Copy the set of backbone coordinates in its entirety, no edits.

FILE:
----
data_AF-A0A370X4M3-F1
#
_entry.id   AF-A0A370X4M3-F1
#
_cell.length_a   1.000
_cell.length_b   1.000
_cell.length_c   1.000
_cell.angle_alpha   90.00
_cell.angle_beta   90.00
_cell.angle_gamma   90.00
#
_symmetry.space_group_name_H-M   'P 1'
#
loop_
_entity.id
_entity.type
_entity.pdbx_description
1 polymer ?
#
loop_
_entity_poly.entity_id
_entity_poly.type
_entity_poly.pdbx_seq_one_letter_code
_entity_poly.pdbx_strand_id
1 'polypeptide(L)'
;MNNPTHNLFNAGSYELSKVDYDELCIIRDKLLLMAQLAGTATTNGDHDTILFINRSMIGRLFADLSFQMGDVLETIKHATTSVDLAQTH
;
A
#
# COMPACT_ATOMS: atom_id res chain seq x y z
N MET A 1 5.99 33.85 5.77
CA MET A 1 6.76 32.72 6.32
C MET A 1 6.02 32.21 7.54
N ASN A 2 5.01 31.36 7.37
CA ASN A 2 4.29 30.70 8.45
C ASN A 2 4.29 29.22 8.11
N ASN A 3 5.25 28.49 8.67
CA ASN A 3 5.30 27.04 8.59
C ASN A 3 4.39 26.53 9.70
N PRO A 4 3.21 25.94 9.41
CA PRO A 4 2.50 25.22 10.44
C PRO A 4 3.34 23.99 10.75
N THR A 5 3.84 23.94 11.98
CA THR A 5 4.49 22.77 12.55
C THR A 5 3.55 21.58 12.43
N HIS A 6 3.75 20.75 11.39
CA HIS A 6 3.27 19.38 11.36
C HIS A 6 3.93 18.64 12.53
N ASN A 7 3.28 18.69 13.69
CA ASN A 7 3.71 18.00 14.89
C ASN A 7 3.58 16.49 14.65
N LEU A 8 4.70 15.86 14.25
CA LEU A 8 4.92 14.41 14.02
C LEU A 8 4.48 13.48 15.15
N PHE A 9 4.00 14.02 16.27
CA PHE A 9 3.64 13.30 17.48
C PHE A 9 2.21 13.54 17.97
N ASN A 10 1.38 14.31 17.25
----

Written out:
data_AF-A0A370X4M3-F1
#
_entry.id   AF-A0A370X4M3-F1
#
_cell.length_a   1.000
_cell.length_b   1.000
_cell.length_c   1.000
_cell.angle_alpha   90.00
_cell.angle_beta   90.00
_cell.angle_gamma   90.00
#
_symmetry.space_group_name_H-M   'P 1'
#
loop_
_entity.id
_entity.type
_entity.pdbx_description
1 polymer ?
#
loop_
_entity_poly.entity_id
_entity_poly.type
_entity_poly.pdbx_seq_one_letter_code
_entity_poly.pdbx_strand_id
1 'polypeptide(L)'
;MNNPTHNLFNAGSYELSKVDYDELCIIRDKLLLMAQLAGTATTNGDHDTILFINRSMIGRLFADLSFQMGDVLETIKHATTSVDLAQTH
;
A
#
# COMPACT_ATOMS: atom_id res chain seq x y z
N MET A 1 5.99 33.85 5.77
CA MET A 1 6.76 32.72 6.32
C MET A 1 6.02 32.21 7.54
N ASN A 2 5.01 31.36 7.37
CA ASN A 2 4.29 30.70 8.45
C ASN A 2 4.29 29.22 8.11
N ASN A 3 5.25 28.49 8.67
CA ASN A 3 5.30 27.04 8.59
C ASN A 3 4.39 26.53 9.70
N PRO A 4 3.21 25.94 9.41
CA PRO A 4 2.50 25.22 10.44
C PRO A 4 3.34 23.99 10.75
N THR A 5 3.84 23.94 11.98
CA THR A 5 4.49 22.77 12.55
C THR A 5 3.55 21.58 12.43
N HIS A 6 3.75 20.75 11.39
CA HIS A 6 3.27 19.38 11.36
C HIS A 6 3.93 18.64 12.53
N ASN A 7 3.28 18.69 13.69
CA ASN A 7 3.71 18.00 14.89
C ASN A 7 3.58 16.49 14.65
N LEU A 8 4.70 15.86 14.25
CA LEU A 8 4.92 14.41 14.02
C LEU A 8 4.48 13.48 15.15
N PHE A 9 4.00 14.02 16.27
CA PHE A 9 3.64 13.30 17.48
C PHE A 9 2.21 13.54 17.97
N ASN A 10 1.38 14.31 17.25